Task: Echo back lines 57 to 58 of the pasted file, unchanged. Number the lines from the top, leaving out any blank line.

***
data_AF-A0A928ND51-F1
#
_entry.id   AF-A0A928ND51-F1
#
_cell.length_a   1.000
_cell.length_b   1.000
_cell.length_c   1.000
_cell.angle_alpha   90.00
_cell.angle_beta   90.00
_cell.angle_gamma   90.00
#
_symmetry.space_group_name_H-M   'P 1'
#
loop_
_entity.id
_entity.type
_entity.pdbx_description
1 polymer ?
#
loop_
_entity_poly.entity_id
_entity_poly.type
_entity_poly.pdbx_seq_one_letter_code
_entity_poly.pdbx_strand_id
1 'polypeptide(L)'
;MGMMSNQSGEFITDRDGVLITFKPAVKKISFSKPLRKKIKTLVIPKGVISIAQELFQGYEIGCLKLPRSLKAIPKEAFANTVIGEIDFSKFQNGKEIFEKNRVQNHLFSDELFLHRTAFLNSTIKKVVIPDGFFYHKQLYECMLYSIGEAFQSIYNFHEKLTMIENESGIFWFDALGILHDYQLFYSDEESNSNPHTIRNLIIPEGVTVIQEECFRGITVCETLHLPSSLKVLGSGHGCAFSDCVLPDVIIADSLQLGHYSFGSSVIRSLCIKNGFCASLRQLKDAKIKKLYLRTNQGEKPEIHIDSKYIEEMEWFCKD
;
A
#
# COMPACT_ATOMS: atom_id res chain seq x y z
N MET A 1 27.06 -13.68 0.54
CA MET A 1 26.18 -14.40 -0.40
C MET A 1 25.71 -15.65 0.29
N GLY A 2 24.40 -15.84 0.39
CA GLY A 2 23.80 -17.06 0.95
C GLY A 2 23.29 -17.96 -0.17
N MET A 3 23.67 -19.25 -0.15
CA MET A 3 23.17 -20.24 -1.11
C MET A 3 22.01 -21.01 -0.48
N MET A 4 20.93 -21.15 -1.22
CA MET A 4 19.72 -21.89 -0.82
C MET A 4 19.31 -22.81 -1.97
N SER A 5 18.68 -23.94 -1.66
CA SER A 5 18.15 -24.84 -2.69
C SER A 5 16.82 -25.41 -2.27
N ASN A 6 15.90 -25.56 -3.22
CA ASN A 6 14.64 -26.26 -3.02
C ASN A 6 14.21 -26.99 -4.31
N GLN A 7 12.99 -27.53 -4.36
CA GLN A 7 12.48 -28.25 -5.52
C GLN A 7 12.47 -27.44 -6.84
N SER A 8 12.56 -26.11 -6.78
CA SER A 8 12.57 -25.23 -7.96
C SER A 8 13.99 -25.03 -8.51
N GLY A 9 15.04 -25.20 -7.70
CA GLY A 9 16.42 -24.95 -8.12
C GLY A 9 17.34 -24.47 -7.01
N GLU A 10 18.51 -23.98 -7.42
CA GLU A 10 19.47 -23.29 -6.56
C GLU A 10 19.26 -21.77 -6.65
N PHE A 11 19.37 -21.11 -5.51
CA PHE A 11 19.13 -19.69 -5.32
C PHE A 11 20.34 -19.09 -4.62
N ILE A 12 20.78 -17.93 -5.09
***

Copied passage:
C GLY A 9 17.34 -24.47 -7.01
N GLU A 10 18.51 -23.98 -7.42